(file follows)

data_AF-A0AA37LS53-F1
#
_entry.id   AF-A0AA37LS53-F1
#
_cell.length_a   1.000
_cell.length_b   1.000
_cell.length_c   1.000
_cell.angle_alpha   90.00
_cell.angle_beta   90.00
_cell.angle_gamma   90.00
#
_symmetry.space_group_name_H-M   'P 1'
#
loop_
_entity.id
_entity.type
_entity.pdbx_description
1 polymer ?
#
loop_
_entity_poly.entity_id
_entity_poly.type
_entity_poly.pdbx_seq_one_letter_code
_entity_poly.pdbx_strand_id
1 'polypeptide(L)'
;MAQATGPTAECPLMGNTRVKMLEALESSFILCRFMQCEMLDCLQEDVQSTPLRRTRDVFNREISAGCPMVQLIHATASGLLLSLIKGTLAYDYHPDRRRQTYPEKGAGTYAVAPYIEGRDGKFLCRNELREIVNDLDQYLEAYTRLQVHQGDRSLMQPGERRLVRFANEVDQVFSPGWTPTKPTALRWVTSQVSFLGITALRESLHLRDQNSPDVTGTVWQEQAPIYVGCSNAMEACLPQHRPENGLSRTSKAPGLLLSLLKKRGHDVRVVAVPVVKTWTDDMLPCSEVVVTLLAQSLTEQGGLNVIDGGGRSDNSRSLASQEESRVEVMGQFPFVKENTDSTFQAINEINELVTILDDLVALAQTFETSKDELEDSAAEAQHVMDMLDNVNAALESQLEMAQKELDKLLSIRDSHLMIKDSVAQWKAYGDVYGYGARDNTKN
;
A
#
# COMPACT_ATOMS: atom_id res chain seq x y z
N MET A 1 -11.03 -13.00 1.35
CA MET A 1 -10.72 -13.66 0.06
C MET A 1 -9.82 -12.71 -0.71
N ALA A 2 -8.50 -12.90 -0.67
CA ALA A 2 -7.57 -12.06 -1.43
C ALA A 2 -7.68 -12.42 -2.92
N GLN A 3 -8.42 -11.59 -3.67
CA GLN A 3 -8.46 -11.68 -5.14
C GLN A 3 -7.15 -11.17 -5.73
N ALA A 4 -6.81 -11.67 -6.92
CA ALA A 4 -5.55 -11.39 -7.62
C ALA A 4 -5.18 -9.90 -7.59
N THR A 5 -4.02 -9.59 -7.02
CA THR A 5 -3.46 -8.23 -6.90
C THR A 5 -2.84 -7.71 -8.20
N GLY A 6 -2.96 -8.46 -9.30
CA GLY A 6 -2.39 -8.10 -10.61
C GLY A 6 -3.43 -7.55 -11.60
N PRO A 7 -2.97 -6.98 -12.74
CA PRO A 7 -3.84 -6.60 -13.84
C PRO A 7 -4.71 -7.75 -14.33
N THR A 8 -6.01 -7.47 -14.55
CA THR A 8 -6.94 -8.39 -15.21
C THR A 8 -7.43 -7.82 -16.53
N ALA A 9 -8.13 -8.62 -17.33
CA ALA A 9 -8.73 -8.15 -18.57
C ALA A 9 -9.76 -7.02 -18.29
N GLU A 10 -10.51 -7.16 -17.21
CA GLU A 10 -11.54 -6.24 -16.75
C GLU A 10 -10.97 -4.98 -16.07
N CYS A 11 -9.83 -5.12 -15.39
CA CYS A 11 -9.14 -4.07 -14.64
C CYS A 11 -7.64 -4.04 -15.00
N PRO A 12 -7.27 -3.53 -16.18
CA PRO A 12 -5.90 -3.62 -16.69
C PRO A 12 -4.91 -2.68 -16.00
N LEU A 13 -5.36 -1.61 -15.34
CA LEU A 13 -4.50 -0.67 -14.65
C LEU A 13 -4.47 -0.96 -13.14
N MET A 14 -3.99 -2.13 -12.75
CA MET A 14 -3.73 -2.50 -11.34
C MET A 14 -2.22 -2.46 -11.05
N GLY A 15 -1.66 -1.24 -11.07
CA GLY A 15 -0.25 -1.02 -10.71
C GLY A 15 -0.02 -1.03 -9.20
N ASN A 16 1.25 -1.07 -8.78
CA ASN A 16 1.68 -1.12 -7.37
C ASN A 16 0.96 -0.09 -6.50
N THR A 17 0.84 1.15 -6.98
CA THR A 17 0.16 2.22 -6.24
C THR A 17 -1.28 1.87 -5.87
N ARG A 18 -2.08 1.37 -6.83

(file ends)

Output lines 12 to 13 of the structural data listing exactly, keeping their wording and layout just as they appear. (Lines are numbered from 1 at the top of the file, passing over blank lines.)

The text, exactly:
_symmetry.space_group_name_H-M   'P 1'
#